Seventeenth Street Mission, Richmond VA
The Seventeenth Street Mission
Young students with three teachers, probably from Assembly Training School, Richmond, Va.[View Image]
Seventeenth Street Mission students with three teachers, c. 1930.
Union Presbyterian Seminary Library
In 1911, Murray Grey and other students from Union Theological Seminary in Virginia (later, Union Presbyterian Seminary) started an urban ministry outreach program in Shockoe Bottom, the most impoverished neighborhood of Richmond, Va. The area suffered from unpaved streets, inadequate sewage facilities, and criminal activity. Residents of Shockoe Bottom lived in overcrowded dilapidated houses (Shepherd, 2011).
The Seventeenth Street Mission functioned as a settlement house, offering laundry facilities and showers, meals, a clothing closet, and vocational classes in sewing, carpentry and other skills (Union Presbyterian Seminary Library, 2017). A playground was added to the facility, along with a small library. In time, hundreds of Richmond African Americans would attend activities at the mission (Shepherd, 2001).
In addition to vocational classes, the Seventeenth Street Mission conducted worship services, and weekly prayer meetings. (Shepherd, 2001). The Sunday School program focused on the memorization of Bible verses, catechisms and the Lord’s Prayer. In 1914, students from the General Assembly’s Training School (later, the Presbyterian School of Christian Education) joined in as teachers and volunteers, and the effort became largely staffed by women who assisted the on-site superintendents (Union Presbyterian Seminary Library, 2017).
The mission looked in part to the work of the Rev. John Little for inspiration and instruction. Little, who directed especially successful settlement houses serving African Americans in Louisville, Ky., visited the Seventeenth Street Mission on April 11, 1915.
The Seventeenth Street Mission was the developed and staffed by white Presbyterians as a mission to African Americans. During the week, the mission’s workers would carry out home visitation, at times taking with them much needed food, medicine, and clothing. In most situations though, racial segregation was both law and custom in Virginia. In 1928, the superintendent of the mission, Robert Wray, acting on his conviction that racial discrimination was contrary to Christian teaching, resigned from his position. Wray wrote in a statement, “After much observation, study, thought, and prayer”… all people “black or white” “are my brothers and sisters.” Recognizing the realities of racially segregated society, and knowing that the church would withdraw financial support from the mission if he should act on that belief, Wray chose to leave (Shepherd, 2011).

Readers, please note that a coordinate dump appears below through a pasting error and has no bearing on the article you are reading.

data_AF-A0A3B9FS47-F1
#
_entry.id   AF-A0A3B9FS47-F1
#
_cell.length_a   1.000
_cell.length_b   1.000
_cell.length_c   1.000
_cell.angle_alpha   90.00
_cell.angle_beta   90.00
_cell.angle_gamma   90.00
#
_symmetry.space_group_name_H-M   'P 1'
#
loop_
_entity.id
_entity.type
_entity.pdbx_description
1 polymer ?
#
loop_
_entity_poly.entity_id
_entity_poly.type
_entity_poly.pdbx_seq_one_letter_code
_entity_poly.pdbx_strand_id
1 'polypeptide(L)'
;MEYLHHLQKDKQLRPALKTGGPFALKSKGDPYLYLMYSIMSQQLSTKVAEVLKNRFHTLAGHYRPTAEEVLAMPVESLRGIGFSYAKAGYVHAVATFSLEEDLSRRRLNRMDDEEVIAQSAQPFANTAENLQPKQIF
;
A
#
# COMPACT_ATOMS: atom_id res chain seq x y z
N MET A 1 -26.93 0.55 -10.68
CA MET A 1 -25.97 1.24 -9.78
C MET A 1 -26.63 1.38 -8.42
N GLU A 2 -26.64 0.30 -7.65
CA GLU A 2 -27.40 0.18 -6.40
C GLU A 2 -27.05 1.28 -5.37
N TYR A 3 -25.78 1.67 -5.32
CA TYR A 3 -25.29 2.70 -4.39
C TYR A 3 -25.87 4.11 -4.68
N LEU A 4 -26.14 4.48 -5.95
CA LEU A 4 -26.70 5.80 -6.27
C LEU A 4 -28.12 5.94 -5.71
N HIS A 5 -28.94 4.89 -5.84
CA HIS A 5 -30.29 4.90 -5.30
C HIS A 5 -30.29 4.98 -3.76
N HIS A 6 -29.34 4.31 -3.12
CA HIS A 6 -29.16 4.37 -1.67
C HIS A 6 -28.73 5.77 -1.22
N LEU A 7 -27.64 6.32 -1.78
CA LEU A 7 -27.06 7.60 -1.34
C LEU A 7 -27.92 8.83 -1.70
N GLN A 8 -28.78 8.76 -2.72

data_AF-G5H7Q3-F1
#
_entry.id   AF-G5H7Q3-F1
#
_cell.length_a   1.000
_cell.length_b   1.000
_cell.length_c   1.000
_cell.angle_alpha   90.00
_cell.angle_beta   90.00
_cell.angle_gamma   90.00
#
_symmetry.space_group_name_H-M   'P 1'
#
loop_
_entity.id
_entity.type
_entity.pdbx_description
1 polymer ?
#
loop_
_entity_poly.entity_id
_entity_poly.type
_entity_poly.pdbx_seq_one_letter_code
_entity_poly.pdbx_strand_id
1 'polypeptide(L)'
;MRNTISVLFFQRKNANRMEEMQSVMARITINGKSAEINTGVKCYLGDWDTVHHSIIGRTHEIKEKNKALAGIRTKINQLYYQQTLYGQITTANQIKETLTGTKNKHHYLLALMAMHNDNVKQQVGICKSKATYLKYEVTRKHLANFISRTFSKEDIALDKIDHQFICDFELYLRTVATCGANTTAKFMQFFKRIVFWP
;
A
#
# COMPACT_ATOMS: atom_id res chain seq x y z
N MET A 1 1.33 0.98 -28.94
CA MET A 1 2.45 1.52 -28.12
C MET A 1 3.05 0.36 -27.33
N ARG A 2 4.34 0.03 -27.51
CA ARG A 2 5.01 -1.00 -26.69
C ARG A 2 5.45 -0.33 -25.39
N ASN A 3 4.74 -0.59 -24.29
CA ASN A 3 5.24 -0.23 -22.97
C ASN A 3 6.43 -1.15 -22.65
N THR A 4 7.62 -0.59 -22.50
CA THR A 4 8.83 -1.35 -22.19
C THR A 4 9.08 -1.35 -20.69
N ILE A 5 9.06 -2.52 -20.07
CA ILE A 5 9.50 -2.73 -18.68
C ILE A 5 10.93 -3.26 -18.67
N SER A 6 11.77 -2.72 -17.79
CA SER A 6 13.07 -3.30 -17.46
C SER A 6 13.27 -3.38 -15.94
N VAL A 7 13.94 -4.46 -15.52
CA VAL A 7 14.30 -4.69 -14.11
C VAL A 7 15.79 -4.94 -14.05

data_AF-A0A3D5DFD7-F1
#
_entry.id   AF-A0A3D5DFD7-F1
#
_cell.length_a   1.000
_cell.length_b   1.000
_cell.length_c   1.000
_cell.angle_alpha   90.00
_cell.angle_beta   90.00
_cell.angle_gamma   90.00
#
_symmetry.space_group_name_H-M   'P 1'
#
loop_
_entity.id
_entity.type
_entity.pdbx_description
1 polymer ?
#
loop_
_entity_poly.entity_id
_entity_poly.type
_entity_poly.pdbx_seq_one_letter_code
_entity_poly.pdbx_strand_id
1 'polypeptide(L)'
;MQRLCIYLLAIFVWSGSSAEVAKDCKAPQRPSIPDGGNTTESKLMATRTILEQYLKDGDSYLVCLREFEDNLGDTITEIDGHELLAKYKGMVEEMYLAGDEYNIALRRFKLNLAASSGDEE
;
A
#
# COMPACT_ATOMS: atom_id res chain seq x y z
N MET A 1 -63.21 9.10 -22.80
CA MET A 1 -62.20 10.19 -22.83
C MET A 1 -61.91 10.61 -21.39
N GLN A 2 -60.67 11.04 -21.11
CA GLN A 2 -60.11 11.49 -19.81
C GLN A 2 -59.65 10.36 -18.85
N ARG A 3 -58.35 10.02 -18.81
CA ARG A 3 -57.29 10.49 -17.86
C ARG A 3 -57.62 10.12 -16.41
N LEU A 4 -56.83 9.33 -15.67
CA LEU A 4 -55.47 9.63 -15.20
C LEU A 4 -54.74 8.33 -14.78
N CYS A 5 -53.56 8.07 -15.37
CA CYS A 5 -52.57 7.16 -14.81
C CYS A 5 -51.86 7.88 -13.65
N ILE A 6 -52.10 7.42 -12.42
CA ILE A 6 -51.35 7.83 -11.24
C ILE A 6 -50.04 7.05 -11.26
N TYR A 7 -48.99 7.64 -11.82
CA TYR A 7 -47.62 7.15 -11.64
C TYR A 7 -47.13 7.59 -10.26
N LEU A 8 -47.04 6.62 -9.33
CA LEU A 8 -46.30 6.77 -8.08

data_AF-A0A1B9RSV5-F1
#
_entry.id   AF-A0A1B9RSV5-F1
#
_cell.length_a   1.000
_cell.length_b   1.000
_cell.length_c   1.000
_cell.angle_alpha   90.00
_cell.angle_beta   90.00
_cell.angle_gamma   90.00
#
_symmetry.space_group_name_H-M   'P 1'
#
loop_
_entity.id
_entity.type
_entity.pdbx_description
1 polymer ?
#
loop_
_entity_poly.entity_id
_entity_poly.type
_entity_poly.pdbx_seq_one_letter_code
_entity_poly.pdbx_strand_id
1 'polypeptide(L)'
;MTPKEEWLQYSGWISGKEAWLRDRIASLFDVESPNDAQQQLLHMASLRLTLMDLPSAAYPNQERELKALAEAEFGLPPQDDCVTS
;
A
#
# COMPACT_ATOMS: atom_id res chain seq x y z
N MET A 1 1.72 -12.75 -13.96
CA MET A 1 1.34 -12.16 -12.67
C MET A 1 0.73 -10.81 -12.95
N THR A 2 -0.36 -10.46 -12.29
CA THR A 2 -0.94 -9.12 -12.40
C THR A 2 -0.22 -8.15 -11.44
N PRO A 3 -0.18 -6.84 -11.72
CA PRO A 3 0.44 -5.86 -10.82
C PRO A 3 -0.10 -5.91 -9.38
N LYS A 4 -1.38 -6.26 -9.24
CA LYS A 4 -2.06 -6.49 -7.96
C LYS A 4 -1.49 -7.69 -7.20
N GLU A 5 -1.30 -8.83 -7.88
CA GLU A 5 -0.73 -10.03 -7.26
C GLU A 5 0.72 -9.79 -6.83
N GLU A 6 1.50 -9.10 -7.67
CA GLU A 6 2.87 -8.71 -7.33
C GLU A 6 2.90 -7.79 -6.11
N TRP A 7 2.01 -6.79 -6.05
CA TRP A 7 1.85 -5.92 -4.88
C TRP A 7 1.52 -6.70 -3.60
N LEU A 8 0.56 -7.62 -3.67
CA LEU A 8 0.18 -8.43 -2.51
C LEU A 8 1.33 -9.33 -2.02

In 1946, Elinor Curry of the Ginter Park Presbyterian Church became the director of the Mission. In 1952 the Eastminster Presbyterian Church was organized nearby, and in 1963 the Seventeenth Street Mission building was demolished and its ministry operated through the Eastminster Church. (Union Presbyterian Seminary Library, 2017).
Cothran Goddin Smith. “The Seventeenth Street Mission.” Union Seminary Review: A Presbyterian Quarterly. Volume 33: No.4 (July 1922). 317-326.
Shepherd, S. C. (2001). Avenues of faith : shaping the urban religious culture of Richmond, Virginia, 1900-1929. Tuscaloosa, Ala. : University of Alabama Press. 213-219.
Union Presbyterian Seminary Library (2017). “Seventeenth Street Mission.” Digital collection.
For further reading:
Gaines, Miriam (1933). The John Little Missions of Louisville, Kentucky. Southern Workman, LXII (April), 161-170.
Little, John (1909) The Presbyterian Colored Missions. Louisville.
Report on housing and living conditions in the neglected sections of Richmond, Virginia, (1913). Prepared by Gustavus A. Weber, secretary Society for the Betterment of Housing and Living Conditions in Richmond.Image Portal icon[View Image]
Resources related to this topic may be found in the Social Welfare History Image Portal.